Ashley Lopez | KERA News

Ashley Lopez

Ashley Lopez is a reporter for WGCU News. A native of Miami, she graduated from the University of North Carolina at Chapel Hill with a journalism degree. 

Previously, Lopez was a reporter for Miami's NPR member station, 

WLRN-Miami Herald News. Before that, she was a reporter at The Florida Independent. She also interned for Talking Points Memo in New York City and WUNC in Durham, North Carolina. She also freelances as a reporter/blogger for the Florida Center for Investigative Reporting.

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A bill was sent to Gov. Greg Abbott last week that would eliminate straight-ticket voting in Texas. But opponents say the legislation could be headed to court.

Months ago, new Texas congressional maps for the 2018 election seemed like a pie-in-the-sky idea. The federal court looking at a lawsuit against the state’s 2011 map had sat on a ruling for years, and the case had gone unresolved for several election cycles.

During trips to their districts this week, Republican congressmen representing the Austin area will not be holding town halls, even though many constituents have been asking for them.

That hasn’t stopped groups from holding town halls of their own – even if the member of Congress they want to talk to isn’t there.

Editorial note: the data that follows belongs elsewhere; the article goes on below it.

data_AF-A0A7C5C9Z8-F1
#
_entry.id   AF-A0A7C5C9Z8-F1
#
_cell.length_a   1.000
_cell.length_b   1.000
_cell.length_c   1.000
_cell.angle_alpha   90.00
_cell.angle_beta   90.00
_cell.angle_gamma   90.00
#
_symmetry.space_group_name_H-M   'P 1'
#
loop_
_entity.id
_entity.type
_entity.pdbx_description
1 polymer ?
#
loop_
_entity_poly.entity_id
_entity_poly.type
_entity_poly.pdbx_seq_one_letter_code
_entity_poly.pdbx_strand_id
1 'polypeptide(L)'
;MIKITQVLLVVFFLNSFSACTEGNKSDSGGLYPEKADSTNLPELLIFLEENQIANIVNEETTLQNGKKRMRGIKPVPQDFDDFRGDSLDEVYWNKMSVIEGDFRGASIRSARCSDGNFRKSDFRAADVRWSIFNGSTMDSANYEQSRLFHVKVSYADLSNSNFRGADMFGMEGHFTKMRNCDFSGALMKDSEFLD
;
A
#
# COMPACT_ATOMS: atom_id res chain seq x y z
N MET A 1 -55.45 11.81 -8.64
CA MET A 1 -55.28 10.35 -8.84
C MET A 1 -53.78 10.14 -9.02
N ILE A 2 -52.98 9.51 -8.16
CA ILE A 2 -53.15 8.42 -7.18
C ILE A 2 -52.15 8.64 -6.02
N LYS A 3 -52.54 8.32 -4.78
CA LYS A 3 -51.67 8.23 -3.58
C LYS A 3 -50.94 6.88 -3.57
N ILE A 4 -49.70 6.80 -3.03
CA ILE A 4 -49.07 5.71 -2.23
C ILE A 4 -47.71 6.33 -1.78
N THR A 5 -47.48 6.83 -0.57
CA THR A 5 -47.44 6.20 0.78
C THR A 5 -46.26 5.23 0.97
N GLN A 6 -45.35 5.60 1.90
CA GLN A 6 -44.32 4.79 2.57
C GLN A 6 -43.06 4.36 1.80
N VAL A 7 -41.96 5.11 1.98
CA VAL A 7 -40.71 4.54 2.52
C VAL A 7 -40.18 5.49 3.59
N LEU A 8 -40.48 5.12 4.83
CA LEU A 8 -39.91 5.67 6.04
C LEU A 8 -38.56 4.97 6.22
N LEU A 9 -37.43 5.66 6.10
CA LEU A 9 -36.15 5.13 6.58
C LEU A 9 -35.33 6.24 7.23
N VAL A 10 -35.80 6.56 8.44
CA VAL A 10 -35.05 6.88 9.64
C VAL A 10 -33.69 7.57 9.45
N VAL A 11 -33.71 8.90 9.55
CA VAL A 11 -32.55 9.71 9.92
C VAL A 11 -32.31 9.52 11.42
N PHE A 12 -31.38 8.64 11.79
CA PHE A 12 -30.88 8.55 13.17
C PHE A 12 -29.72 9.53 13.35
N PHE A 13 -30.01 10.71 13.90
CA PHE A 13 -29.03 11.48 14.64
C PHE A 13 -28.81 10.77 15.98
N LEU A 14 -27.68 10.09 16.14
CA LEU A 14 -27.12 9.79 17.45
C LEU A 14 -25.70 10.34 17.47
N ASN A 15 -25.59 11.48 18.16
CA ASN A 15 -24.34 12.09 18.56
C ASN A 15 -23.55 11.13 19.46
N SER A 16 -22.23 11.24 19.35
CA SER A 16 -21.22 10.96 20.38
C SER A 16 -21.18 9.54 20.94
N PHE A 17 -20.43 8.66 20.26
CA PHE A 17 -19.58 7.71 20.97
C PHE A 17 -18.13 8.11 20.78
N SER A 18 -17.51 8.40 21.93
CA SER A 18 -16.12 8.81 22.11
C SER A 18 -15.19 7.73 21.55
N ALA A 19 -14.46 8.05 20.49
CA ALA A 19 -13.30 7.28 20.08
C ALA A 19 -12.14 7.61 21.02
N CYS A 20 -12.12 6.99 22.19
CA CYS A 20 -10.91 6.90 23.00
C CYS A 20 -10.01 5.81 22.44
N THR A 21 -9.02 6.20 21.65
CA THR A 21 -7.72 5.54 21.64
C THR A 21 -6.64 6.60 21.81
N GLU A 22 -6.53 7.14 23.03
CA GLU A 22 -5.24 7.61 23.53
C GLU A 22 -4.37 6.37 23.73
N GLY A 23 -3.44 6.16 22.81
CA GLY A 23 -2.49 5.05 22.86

From the Texas Tribune: Texas' top Senate Republicans on Monday upped the urgency on federal policymakers to do something about the Zika virus.

Transcript

AUDIE CORNISH, HOST:

Florida's citrus industry has a new problem. It's long wrestled with crop diseases like canker and greening. But the effort to halt greening has killed millions of bees, as growers have increased their use of pesticides.

And that, in turn, is straining relationships between citrus farmers and their longtime partners, beekeepers. Here's Ashley Lopez of member station WGCU.

ASHLEY LOPEZ, BYLINE: Harold Curtis runs an 1,100-acre grove in southwest Florida. He walks through the rows of trees, packed full of plump, juicy oranges.

More than 200 manatees have died in Florida's waterways since January from an algae bloom called red tide, just as wildlife officials try to remove the marine mammal from the endangered species list.

It used to be boat propellers that were the biggest killer of manatees, but red tide has been especially bad this year.

Florida Fish and Wildlife officer Steve Rice routinely scours the Caloosahatchee River in southwest Florida for dead manatees. He has found more than 20 in the past few weeks.